The Serbian performance goddess will get up for good on May 31, having spent some ten weeks sitting down nearly every day without moving while the museum is open.
Catheter? Diapers? Some version of the stadium pal? Or just mind over matter? Art can be so mysterious.
Abramovic is the centerpiece of her own retrospective on the sixth floor, “The Artist is Present,” which includes live re-enactments of past triumphs. In one, a naked woman balances on a cross; in another, a naked guy sprawls snoozing under a skeleton. Noisy videos show Marina fiercely brushing her hair, people running into walls, and her one-time partner bouncing against a large rubber band. He too spent most of his adult life, it seems, wearing very little.
In olden days, she would probably be in the care of soothing people in white uniforms. But this is now and we have museums to fill.
The show concludes at 5 p.m. on Monday. After that, there’s always Marina on YouTube. Our favorite: “How we in the Balkans Kill Rats.” (Works for humans too).
Just tonight: Angel Corella and Paloma Herrera dance together in “Don Quixote” as American Ballet Theater continues its season at the Metropolitan Opera. (These staid story ballet folks still keep their clothes on, by the way). The show continues until next Friday when John Neumeier’s dark “Lady of the Camellias” returns with a changing cast, including soulful Roberto Bolle as Armand on Saturday night.
Le Grand Macabre
Bring a wad of cash for a visit to Breughel-land at the New York Philharmonic. Here’s a rare opportunity to witness Gyorgy Ligeti’s raucous ode to the end of the world, “Le Grand Macabre.” The orchestra and its enterprising new chief, Alan Gilbert, spent about half a million on this spectacle by Doug Fitch. Good for them not to give in to morose penny pinching. As Ligeti insists in this incoherent, brilliantly orchestrated extravaganza, it’s great to be drunk, happy and not dead.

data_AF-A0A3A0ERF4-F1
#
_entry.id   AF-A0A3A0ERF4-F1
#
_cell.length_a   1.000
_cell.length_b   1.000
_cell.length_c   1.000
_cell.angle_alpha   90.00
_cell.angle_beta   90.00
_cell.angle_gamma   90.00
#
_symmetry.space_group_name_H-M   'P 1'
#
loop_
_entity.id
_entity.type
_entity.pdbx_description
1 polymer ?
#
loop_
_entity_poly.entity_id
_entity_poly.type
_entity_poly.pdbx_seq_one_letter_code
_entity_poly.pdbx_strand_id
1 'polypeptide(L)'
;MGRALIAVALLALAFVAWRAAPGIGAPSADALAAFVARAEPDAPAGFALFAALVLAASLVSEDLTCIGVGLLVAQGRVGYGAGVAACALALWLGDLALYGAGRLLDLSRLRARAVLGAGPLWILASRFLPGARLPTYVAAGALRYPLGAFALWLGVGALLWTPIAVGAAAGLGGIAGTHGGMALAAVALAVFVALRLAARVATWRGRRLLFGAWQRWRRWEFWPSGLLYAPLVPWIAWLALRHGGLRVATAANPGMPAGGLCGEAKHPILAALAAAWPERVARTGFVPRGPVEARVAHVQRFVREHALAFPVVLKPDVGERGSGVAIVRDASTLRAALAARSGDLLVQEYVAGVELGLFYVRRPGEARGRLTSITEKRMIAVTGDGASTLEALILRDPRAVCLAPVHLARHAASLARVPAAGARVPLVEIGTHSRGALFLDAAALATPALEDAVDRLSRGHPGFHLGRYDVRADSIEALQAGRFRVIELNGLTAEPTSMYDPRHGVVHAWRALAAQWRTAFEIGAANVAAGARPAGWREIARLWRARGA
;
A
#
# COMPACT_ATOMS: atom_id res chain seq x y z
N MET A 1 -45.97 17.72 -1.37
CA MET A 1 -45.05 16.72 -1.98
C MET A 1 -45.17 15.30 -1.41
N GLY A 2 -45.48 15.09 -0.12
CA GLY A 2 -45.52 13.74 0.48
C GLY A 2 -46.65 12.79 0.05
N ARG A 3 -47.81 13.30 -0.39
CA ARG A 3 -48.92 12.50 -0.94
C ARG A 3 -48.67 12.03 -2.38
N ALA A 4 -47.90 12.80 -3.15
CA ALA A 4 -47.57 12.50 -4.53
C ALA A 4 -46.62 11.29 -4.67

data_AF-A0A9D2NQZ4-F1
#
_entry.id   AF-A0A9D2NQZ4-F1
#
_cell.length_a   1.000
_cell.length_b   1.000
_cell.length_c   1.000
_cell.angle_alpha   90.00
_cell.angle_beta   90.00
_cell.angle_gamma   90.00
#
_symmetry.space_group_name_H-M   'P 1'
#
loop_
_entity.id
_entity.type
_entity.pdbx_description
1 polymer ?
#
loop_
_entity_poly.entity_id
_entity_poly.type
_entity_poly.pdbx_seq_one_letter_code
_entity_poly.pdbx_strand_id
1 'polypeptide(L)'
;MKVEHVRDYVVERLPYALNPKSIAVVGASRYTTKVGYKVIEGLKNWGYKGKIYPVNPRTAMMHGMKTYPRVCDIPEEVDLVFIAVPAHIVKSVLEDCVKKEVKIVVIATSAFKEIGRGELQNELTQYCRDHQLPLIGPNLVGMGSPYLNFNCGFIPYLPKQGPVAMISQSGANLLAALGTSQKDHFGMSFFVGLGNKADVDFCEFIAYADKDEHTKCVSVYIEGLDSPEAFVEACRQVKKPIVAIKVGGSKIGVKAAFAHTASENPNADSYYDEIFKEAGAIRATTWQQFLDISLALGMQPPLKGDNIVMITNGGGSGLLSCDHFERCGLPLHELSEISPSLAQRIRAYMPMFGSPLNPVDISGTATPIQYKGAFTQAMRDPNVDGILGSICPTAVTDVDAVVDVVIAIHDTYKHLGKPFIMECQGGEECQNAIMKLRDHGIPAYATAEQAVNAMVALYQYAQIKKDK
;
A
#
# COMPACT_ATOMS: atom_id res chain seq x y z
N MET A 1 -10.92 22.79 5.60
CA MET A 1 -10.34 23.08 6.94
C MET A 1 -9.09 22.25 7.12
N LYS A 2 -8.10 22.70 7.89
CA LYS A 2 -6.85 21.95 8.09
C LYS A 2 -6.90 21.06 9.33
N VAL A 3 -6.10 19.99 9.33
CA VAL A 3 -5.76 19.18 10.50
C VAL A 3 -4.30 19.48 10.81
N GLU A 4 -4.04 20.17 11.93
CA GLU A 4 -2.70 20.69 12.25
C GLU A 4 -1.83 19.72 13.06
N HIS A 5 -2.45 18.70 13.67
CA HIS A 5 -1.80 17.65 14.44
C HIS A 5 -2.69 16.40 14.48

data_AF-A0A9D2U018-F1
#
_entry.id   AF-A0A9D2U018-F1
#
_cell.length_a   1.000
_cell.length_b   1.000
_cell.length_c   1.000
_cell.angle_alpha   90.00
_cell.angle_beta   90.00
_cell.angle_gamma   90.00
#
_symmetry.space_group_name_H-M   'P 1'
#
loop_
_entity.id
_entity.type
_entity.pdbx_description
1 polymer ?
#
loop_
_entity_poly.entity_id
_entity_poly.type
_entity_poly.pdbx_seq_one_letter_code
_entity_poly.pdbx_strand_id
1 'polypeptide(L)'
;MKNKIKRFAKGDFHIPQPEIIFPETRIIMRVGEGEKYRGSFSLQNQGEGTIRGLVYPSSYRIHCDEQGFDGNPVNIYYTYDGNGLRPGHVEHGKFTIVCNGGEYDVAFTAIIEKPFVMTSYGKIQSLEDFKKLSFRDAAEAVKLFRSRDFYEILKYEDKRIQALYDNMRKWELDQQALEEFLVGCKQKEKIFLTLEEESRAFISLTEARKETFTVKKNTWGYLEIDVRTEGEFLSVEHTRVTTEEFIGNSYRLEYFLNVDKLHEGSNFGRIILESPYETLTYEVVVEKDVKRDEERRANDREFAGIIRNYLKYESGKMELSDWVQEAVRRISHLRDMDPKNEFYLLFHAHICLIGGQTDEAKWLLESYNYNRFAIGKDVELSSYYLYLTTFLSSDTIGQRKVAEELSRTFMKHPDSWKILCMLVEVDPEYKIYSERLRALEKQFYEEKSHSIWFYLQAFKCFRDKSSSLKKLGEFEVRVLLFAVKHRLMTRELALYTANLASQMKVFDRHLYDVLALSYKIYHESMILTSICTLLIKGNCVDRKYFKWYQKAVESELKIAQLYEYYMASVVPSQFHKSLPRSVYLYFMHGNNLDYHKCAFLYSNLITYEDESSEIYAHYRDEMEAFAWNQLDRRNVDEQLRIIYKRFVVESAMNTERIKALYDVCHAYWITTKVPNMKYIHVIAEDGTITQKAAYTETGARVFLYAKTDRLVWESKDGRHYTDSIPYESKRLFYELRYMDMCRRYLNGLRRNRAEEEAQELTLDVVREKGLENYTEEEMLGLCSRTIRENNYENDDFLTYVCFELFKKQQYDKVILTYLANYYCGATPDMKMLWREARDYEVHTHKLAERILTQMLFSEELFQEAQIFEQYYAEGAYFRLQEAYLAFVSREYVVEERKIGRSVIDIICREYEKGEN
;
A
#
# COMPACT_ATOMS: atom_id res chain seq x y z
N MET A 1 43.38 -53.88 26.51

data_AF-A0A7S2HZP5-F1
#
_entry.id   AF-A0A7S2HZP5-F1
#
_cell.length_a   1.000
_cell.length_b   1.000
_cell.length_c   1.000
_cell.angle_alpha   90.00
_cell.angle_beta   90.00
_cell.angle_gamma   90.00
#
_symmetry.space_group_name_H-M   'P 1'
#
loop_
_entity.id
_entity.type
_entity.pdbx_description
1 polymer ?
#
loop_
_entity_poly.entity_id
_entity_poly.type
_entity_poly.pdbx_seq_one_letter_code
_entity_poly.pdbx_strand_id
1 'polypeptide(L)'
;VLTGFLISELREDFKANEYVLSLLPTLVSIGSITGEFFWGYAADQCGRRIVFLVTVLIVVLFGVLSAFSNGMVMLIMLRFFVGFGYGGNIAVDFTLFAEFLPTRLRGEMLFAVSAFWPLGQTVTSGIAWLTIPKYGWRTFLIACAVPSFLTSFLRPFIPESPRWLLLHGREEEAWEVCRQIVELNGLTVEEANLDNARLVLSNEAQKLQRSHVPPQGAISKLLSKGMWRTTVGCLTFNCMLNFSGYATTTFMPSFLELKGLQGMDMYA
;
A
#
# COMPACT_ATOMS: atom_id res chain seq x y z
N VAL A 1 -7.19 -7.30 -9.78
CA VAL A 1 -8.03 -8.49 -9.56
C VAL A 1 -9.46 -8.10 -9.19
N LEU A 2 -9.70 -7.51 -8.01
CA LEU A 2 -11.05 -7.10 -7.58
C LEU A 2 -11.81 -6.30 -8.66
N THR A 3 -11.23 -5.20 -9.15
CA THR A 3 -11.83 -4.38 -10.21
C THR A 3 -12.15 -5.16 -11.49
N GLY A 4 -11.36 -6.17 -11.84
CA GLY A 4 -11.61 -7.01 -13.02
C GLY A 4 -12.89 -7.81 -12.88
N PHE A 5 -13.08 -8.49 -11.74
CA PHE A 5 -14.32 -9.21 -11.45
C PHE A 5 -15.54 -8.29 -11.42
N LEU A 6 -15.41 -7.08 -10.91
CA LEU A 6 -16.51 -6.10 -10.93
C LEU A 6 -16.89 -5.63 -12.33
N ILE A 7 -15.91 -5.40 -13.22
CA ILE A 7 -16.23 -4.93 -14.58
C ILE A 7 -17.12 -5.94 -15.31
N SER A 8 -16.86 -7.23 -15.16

The projections are sweet if a bit homespun like sock puppets, but how great to see this often deadly hall come alive in all corners. Bravo to the maestro (and his check-writing board).
Sold out tonight and tomorrow. But there’s always someone selling something. Information: http://nyphil.org
Brooklyn’s three-headed guitar act, Fang Island -- a drummer and bassist round out the group -- has been the buzz of the web with the release of their debut album earlier this year.
The 10-track record is a roller coaster ride of cascading guitar jams and vocal harmonies that can sound like chanting. They’ll play the intimate Cake Shop on Saturday night. 152 Ludlow St. +1-212-253-0036; http://www.cake-shop.com.
The band then opens for The Flaming Lips on a summer tour. Information: http://www.myspace.com/fangisland
Later, head over to WD-50 (50 Clinton St.) for licorice custard with sake sorbet and pear. Or the caramelized brioche with apricot, buttercream and lemon thyme. Foam is involved. Information: +1-212-253-0036.
Still stuck in town? The 15th annual Lower East Side Festival of the Arts presents performers and artists throughout the holiday weekend in this diversely frenzied neighborhood.
A highlight is a pop-up art gallery of local artists in the lobby of the Theater for the New City, the town’s most outrageous producer of street theater agitprop and a mainstay of community organizing.
For a complete performance schedule over the three-day festival, go to http://www.theaterforthenewcity.net or +1-212- 254-1109.
After two days of rest, Gilbert and the Philharmonic move uptown to the Cathedral Church of St. John the Divine for a free concert of Copland, Haydn, Schubert and Beethoven. Sit by Greg Wyatt’s Peace Fountain, and hope for a visit from one of the cathedral’s famous and loud peacocks who coached with Ligeti.
At 8 p.m. The Cathedral is at 1047 Amsterdam Ave. and 112th Street. +1-212-316-7441; http://www.stjohndivine.org
Afterward, try perfectly grilled fish or the tapas and a beer at Vareli. The newest addition to the Columbia University neighborhood was established by the owners of nearby Westside Market. 2869 Broadway, at 111th Street; +1-212-678-8585. Or just cross the street to that flaky institution, the Hungarian Pastry Shop at 1030 Amsterdam Ave. +1-212-866-4230). Cash only.
(Manuela Hoelterhoff is executive editor of Muse, the arts and leisure section of Bloomberg News. The opinions expressed are her own.)